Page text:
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House of Commons Hansard #111 of the 41st Parliament, 1st Session. (The original version is on Parliament's site.) The word of the day was seniors.

Topics

Opposition Motion—PensionsBusiness of SupplyGovernment Orders

4:20 p.m.

Conservative

The Acting Speaker Conservative Barry Devolin

It is my duty, pursuant to Standing Order 38, to inform the House that the questions to be raised tonight at the time of adjournment are as follows: the hon. member for Rimouski-Neigette—Témiscouata—Les Basques, Service Canada; the hon. member for Beauharnois—Salaberry, Health; the hon. member for Beaches—East York, National Defence.

The hon. member for Chambly—Borduas.

Opposition Motion—PensionsBusiness of SupplyGovernment Orders

4:20 p.m.

NDP

Matthew Dubé NDP Chambly—Borduas, QC

Mr. Speaker, I am very pleased not just to be able to follow the excellent speech by my colleague from Scarborough Southwest, but also to speak to the opposition motion, because this matter has been a serious concern for several months, since we unfortunately heard the news being announced abroad.

Since we began working on this file and talking to our constituents about it, I have had the pleasure of having a visit from two members of our caucus— the members for Marc-Aurèle-Fortin and Pierrefonds—Dollard—who have done an excellent job on this matter. They visited my riding to attend a town hall I organized on old age security, the guaranteed income supplement and raising the retirement age.

The government is claiming that the opposition is fearmongering. But our constituents are bringing their concerns to us and we want to voice them in the House.

In raising their concerns, our constituents made many very pertinent points that contradict the government's illogical arguments.

I will use this opportunity to share some of these points. As I represent these people, it is very important that I express their opinions.

I would first like to talk about the guaranteed income supplement, which is also affected. Very little has been said about it. However, raising the retirement age from 65 to 67 affects not only old age security but the guaranteed income supplement as well. Although the GIS is an important tool for seniors, it is not adequately funded. According to the comments we received, many seniors live below the poverty line. As our late leader, Jack Layton, said so well during the last election campaign, it would cost very little to raise seniors' income above the poverty line by increasing the guaranteed income supplement. We have to bear this in mind.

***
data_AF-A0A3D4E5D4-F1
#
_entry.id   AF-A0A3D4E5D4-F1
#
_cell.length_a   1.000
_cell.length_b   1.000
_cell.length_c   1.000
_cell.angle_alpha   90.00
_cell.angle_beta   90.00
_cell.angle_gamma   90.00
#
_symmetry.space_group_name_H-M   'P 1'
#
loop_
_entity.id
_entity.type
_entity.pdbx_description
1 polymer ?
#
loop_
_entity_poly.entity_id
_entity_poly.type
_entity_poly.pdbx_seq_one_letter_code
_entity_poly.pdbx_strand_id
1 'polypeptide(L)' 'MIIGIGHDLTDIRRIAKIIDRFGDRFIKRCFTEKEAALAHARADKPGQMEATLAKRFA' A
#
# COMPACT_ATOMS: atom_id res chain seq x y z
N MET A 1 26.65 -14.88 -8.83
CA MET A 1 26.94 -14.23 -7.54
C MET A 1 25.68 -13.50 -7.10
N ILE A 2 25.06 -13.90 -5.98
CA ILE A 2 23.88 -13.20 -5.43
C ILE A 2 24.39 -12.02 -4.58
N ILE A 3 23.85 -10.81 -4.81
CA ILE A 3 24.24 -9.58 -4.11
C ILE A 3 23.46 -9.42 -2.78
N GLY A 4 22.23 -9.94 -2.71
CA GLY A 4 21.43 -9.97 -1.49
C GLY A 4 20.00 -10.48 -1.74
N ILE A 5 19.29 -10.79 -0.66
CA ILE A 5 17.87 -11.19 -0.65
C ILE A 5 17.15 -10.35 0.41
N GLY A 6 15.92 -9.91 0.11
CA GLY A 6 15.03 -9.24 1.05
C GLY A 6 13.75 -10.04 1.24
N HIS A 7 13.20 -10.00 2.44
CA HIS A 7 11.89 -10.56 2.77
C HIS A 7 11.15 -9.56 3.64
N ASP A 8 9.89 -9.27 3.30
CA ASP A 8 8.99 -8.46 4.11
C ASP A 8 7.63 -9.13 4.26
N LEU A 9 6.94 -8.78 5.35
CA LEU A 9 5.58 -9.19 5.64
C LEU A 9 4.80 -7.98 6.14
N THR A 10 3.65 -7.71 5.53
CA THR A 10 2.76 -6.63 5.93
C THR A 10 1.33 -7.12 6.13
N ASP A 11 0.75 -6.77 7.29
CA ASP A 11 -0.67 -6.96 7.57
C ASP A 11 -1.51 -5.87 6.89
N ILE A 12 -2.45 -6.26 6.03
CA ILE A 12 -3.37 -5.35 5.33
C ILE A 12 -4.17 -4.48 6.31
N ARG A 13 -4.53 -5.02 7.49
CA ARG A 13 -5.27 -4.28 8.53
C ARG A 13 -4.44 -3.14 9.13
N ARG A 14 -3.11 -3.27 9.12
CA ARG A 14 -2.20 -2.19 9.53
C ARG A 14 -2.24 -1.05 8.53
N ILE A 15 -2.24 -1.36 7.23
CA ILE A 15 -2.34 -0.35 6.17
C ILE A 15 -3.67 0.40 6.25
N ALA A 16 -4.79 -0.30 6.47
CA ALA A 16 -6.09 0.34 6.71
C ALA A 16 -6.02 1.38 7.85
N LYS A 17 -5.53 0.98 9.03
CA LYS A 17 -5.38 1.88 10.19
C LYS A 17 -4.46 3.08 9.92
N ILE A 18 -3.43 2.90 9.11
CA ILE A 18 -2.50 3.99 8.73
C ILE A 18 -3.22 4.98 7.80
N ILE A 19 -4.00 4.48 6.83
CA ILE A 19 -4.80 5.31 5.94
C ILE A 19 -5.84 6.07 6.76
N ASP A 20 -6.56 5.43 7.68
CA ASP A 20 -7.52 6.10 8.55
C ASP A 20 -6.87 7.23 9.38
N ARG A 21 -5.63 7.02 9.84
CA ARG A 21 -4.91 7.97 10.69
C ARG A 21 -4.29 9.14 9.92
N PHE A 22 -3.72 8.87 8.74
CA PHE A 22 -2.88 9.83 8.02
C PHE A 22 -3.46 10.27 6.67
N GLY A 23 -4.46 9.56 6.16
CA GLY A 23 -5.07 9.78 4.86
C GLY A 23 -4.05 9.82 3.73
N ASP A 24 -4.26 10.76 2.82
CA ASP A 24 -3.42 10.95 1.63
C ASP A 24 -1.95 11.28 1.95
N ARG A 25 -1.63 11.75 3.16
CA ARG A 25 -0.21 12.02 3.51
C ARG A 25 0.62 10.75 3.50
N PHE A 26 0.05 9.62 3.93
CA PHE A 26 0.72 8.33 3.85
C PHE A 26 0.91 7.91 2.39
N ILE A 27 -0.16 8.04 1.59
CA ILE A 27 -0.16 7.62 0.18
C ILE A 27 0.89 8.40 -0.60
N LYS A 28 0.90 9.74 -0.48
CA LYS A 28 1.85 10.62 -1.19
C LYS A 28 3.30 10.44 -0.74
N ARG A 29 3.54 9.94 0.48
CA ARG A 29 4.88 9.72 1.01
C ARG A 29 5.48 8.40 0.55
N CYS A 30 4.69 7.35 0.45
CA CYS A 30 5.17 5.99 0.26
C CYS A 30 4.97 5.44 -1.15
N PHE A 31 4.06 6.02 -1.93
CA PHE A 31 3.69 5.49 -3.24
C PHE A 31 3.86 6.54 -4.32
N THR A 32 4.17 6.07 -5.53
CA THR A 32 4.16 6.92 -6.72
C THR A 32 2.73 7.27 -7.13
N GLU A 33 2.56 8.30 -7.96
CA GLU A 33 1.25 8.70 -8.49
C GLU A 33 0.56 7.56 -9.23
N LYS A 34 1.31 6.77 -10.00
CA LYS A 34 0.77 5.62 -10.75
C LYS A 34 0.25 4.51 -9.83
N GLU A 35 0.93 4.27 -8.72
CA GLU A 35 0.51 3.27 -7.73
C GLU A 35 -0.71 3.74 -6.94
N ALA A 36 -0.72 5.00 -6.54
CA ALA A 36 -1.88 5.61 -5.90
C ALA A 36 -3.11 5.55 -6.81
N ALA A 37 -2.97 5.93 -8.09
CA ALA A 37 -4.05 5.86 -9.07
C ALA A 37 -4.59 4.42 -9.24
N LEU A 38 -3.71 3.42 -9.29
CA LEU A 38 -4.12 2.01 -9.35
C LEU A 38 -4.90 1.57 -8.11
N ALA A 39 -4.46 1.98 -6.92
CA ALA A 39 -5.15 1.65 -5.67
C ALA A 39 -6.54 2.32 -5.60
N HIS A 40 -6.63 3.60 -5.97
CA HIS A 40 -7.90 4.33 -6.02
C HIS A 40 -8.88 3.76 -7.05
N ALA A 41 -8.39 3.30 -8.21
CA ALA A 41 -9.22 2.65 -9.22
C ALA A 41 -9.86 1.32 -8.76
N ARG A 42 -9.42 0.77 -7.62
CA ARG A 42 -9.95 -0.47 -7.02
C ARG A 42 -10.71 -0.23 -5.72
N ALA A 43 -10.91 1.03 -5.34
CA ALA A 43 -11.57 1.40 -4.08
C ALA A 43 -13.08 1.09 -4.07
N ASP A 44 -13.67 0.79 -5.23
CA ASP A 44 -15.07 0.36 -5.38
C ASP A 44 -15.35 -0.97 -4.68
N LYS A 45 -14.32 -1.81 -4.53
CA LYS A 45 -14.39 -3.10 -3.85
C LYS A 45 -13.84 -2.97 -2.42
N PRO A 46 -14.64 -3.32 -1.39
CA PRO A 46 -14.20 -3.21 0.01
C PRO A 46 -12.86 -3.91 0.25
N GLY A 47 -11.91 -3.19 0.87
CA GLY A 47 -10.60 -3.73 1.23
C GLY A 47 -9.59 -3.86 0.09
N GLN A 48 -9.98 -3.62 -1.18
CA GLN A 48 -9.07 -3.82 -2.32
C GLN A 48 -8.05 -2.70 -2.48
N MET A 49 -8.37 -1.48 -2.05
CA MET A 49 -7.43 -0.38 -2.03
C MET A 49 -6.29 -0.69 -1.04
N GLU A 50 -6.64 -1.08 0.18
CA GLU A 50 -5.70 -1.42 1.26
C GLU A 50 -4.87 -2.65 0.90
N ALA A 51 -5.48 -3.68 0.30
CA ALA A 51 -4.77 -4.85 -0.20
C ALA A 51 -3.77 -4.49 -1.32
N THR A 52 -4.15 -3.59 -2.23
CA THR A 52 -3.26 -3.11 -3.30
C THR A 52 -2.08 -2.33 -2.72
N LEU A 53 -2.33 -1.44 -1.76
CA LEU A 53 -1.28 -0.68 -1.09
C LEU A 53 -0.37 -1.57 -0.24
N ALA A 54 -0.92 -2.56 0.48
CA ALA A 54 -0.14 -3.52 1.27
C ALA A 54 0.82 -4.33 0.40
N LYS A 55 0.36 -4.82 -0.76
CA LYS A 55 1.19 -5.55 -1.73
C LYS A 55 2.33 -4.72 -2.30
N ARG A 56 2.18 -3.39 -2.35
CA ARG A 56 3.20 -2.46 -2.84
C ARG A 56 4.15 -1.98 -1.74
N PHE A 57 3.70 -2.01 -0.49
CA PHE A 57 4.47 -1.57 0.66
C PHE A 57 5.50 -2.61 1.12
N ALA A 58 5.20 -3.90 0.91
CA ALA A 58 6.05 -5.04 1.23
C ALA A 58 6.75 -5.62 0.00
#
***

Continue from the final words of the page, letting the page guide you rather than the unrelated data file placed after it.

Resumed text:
There are several aspects to the guaranteed income supplement, but when my two colleagues and I met with Canadians in the beautiful city of Beloeil, they specifically spoke about the steps required to obtain the guaranteed income supplement. You do not receive it automatically. Paperwork must be completed. It is funny, because the government always says that it wants to cut back on paperwork. Yet, there is a lot of paperwork to fill out. You have to make sure that you check the right box and do not make a mistake, otherwise the process becomes very complicated. In some cases, constituents have to seek the help of their member.

What the people present highlighted may seem separate from the issue of raising the eligibility age, but on the contrary, it is very much related. The reason for this is simple: any discussion about the complications involved in accessing the guaranteed income supplement makes you realize that raising the eligibility age only adds to the problem. That is the message people were trying to get across. The situation is already not ideal for these people, and the NDP has for some time wanted to address a number of problems with the pension system. There are already a lot of problems, and the government simply wants to add more complications and more problems. My colleagues' and my constituents find that unacceptable.

Since the beginning of this debate, my colleagues have quite eloquently discussed the idea of a private pension plan. This issue was also raised at the forum. For example, it is perfectly commendable to invest in an RRSP. I congratulate those people who are able to do so, and I encourage them. However, it must be acknowledged that there are also people for whom this is impossible.

I would like to see my colleagues opposite tell the former employees of Nortel to invest in an RRSP. We saw what came of the situation and we know the losses that these employees suffered. I would like to see the Minister of Transport tell the former employees of Aveos to invest in an RRSP. They no longer have jobs. They lost their jobs, and we have seen this government's contempt for their plight. All of this is interrelated. This issue is very much relevant. This is what our constituents told us.

The government wants to raise the age of eligibility. It wants to make it harder for people to get old age security and the guaranteed income supplement, and at the same time, it is not helping people who need jobs invest in other ways that would enable them to retire.

I have other examples that people shared during the town hall, and if I have time, I will share them here. I would like to talk about another very important subject though. As a young MP, I feel that this is a very important issue.

There has been a lot of talk about people over the age of 50, and I would like to thank my colleague who made that point earlier today. Many people under the age of 54 will be affected by the government's policy, people who are now 53 or 54 and who are nearing retirement.